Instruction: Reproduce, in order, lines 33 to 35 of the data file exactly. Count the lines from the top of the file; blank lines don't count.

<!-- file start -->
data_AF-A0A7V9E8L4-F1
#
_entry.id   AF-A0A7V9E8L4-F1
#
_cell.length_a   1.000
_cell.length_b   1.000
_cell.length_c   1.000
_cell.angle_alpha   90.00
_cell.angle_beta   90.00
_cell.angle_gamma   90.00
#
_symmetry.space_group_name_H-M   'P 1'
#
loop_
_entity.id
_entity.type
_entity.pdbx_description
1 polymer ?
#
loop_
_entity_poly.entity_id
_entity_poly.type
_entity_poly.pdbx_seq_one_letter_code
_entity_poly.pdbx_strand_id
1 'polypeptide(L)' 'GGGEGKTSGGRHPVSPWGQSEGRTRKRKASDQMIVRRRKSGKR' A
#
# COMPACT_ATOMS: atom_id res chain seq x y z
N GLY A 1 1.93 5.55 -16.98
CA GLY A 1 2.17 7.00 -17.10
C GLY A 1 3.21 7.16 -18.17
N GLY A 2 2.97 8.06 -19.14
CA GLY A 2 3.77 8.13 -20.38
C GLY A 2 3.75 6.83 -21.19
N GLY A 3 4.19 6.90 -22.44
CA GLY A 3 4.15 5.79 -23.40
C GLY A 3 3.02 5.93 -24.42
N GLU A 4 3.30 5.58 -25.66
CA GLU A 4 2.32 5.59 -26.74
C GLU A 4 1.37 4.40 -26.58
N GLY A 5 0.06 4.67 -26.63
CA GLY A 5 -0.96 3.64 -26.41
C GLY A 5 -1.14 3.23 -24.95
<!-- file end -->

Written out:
C GLY A 2 3.75 6.83 -21.19
N GLY A 3 4.19 6.90 -22.44
CA GLY A 3 4.15 5.79 -23.40